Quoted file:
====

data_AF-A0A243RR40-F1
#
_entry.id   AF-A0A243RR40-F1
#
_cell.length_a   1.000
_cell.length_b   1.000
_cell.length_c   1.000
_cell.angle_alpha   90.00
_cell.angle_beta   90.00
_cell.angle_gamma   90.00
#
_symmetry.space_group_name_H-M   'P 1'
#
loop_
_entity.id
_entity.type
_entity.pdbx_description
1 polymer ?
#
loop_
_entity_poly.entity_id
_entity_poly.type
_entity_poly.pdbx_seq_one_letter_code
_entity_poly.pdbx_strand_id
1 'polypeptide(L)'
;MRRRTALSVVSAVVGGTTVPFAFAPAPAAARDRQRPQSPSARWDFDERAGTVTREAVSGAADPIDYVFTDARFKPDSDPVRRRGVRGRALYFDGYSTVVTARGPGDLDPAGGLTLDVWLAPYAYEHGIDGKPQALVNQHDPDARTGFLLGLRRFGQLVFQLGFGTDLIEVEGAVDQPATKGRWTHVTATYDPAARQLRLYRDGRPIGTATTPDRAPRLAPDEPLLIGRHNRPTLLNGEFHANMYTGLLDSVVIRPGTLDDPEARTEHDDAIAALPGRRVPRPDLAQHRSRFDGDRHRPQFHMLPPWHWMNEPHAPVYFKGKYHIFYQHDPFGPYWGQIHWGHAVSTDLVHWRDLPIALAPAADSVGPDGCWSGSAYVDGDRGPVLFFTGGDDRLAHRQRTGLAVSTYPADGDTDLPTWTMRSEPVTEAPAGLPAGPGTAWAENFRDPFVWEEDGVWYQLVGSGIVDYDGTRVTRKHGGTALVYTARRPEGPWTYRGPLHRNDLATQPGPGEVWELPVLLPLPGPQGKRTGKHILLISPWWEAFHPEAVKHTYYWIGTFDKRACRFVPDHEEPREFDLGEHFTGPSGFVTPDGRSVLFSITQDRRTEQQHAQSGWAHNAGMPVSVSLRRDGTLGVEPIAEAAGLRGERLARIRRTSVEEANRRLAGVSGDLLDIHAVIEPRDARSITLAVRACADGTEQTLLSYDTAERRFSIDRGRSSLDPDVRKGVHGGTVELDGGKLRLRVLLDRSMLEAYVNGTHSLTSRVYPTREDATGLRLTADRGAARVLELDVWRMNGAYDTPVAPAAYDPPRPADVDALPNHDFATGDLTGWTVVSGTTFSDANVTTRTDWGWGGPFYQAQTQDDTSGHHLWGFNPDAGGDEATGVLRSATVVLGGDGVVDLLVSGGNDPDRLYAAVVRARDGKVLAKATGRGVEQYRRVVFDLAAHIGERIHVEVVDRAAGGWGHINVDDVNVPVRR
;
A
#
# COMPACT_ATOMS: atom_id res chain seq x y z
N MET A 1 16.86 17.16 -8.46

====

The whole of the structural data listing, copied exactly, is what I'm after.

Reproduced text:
data_AF-A0A243RR40-F1
#
_entry.id   AF-A0A243RR40-F1
#
_cell.length_a   1.000
_cell.length_b   1.000
_cell.length_c   1.000
_cell.angle_alpha   90.00
_cell.angle_beta   90.00
_cell.angle_gamma   90.00
#
_symmetry.space_group_name_H-M   'P 1'
#
loop_
_entity.id
_entity.type
_entity.pdbx_description
1 polymer ?
#
loop_
_entity_poly.entity_id
_entity_poly.type
_entity_poly.pdbx_seq_one_letter_code
_entity_poly.pdbx_strand_id
1 'polypeptide(L)'
;MRRRTALSVVSAVVGGTTVPFAFAPAPAAARDRQRPQSPSARWDFDERAGTVTREAVSGAADPIDYVFTDARFKPDSDPVRRRGVRGRALYFDGYSTVVTARGPGDLDPAGGLTLDVWLAPYAYEHGIDGKPQALVNQHDPDARTGFLLGLRRFGQLVFQLGFGTDLIEVEGAVDQPATKGRWTHVTATYDPAARQLRLYRDGRPIGTATTPDRAPRLAPDEPLLIGRHNRPTLLNGEFHANMYTGLLDSVVIRPGTLDDPEARTEHDDAIAALPGRRVPRPDLAQHRSRFDGDRHRPQFHMLPPWHWMNEPHAPVYFKGKYHIFYQHDPFGPYWGQIHWGHAVSTDLVHWRDLPIALAPAADSVGPDGCWSGSAYVDGDRGPVLFFTGGDDRLAHRQRTGLAVSTYPADGDTDLPTWTMRSEPVTEAPAGLPAGPGTAWAENFRDPFVWEEDGVWYQLVGSGIVDYDGTRVTRKHGGTALVYTARRPEGPWTYRGPLHRNDLATQPGPGEVWELPVLLPLPGPQGKRTGKHILLISPWWEAFHPEAVKHTYYWIGTFDKRACRFVPDHEEPREFDLGEHFTGPSGFVTPDGRSVLFSITQDRRTEQQHAQSGWAHNAGMPVSVSLRRDGTLGVEPIAEAAGLRGERLARIRRTSVEEANRRLAGVSGDLLDIHAVIEPRDARSITLAVRACADGTEQTLLSYDTAERRFSIDRGRSSLDPDVRKGVHGGTVELDGGKLRLRVLLDRSMLEAYVNGTHSLTSRVYPTREDATGLRLTADRGAARVLELDVWRMNGAYDTPVAPAAYDPPRPADVDALPNHDFATGDLTGWTVVSGTTFSDANVTTRTDWGWGGPFYQAQTQDDTSGHHLWGFNPDAGGDEATGVLRSATVVLGGDGVVDLLVSGGNDPDRLYAAVVRARDGKVLAKATGRGVEQYRRVVFDLAAHIGERIHVEVVDRAAGGWGHINVDDVNVPVRR
;
A
#
# COMPACT_ATOMS: atom_id res chain seq x y z
N MET A 1 16.86 17.16 -8.46